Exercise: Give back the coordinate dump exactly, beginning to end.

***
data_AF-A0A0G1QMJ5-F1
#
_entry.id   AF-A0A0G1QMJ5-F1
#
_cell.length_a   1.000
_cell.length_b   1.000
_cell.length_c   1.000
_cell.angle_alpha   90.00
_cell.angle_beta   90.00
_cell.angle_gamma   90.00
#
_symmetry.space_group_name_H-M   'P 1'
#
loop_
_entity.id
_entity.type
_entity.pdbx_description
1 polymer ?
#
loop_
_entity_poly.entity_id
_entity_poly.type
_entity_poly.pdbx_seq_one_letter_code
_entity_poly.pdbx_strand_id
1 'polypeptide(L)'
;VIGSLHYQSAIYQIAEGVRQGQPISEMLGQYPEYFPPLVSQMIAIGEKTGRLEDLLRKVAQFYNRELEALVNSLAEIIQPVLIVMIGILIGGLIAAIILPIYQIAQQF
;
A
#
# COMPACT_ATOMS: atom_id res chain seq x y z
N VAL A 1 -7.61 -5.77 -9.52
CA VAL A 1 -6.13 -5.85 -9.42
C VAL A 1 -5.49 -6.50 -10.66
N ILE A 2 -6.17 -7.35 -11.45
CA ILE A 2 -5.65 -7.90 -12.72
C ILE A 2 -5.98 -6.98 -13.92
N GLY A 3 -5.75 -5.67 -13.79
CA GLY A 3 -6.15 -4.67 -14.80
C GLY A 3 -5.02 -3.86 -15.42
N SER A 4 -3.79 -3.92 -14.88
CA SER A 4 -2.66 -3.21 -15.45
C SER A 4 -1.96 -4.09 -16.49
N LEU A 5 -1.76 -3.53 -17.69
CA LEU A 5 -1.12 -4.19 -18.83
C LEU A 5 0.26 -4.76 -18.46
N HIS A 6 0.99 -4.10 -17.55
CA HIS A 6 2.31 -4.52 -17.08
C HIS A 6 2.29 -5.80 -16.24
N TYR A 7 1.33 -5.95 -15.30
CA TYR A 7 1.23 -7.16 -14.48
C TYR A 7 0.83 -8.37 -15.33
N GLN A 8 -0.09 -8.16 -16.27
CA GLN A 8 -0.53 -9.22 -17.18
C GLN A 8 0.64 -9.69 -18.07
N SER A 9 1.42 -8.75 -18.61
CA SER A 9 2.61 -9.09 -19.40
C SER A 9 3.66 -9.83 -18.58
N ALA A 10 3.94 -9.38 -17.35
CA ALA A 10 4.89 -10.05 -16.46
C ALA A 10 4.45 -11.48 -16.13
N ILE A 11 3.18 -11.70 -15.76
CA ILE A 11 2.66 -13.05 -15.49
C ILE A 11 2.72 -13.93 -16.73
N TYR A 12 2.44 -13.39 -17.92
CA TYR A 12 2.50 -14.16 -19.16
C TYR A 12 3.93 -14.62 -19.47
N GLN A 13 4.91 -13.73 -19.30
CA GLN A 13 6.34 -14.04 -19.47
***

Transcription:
data_AF-A0A0G1QMJ5-F1
#
_entry.id   AF-A0A0G1QMJ5-F1
#
_cell.length_a   1.000
_cell.length_b   1.000
_cell.length_c   1.000
_cell.angle_alpha   90.00
_cell.angle_beta   90.00
_cell.angle_gamma   90.00
#
_symmetry.space_group_name_H-M   'P 1'
#
loop_
_entity.id
_entity.type
_entity.pdbx_description
1 polymer ?
#
loop_
_entity_poly.entity_id
_entity_poly.type
_entity_poly.pdbx_seq_one_letter_code
_entity_poly.pdbx_strand_id
1 'polypeptide(L)'
;VIGSLHYQSAIYQIAEGVRQGQPISEMLGQYPEYFPPLVSQMIAIGEKTGRLEDLLRKVAQFYNRELEALVNSLAEIIQPVLIVMIGILIGGLIAAIILPIYQIAQQF
;
A
#
# COMPACT_ATOMS: atom_id res chain seq x y z
N VAL A 1 -7.61 -5.77 -9.52
CA VAL A 1 -6.13 -5.85 -9.42
C VAL A 1 -5.49 -6.50 -10.66
N ILE A 2 -6.17 -7.35 -11.45
CA ILE A 2 -5.65 -7.90 -12.72
C ILE A 2 -5.98 -6.98 -13.92
N GLY A 3 -5.75 -5.67 -13.79
CA GLY A 3 -6.15 -4.67 -14.80
C GLY A 3 -5.02 -3.86 -15.42
N SER A 4 -3.79 -3.92 -14.88
CA SER A 4 -2.66 -3.21 -15.45
C SER A 4 -1.96 -4.09 -16.49
N LEU A 5 -1.76 -3.53 -17.69
CA LEU A 5 -1.12 -4.19 -18.83
C LEU A 5 0.26 -4.76 -18.46
N HIS A 6 0.99 -4.10 -17.55
CA HIS A 6 2.31 -4.52 -17.08
C HIS A 6 2.29 -5.80 -16.24
N TYR A 7 1.33 -5.95 -15.30
CA TYR A 7 1.23 -7.16 -14.48
C TYR A 7 0.83 -8.37 -15.33
N GLN A 8 -0.09 -8.16 -16.27
CA GLN A 8 -0.53 -9.22 -17.18
C GLN A 8 0.64 -9.69 -18.07
N SER A 9 1.42 -8.75 -18.61
CA SER A 9 2.61 -9.09 -19.40
C SER A 9 3.66 -9.83 -18.58
N ALA A 10 3.94 -9.38 -17.35
CA ALA A 10 4.89 -10.05 -16.46
C ALA A 10 4.45 -11.48 -16.13
N ILE A 11 3.18 -11.70 -15.76
CA ILE A 11 2.66 -13.05 -15.49
C ILE A 11 2.72 -13.93 -16.73
N TYR A 12 2.44 -13.39 -17.92
CA TYR A 12 2.50 -14.16 -19.16
C TYR A 12 3.93 -14.62 -19.47
N GLN A 13 4.91 -13.73 -19.30
CA GLN A 13 6.34 -14.04 -19.47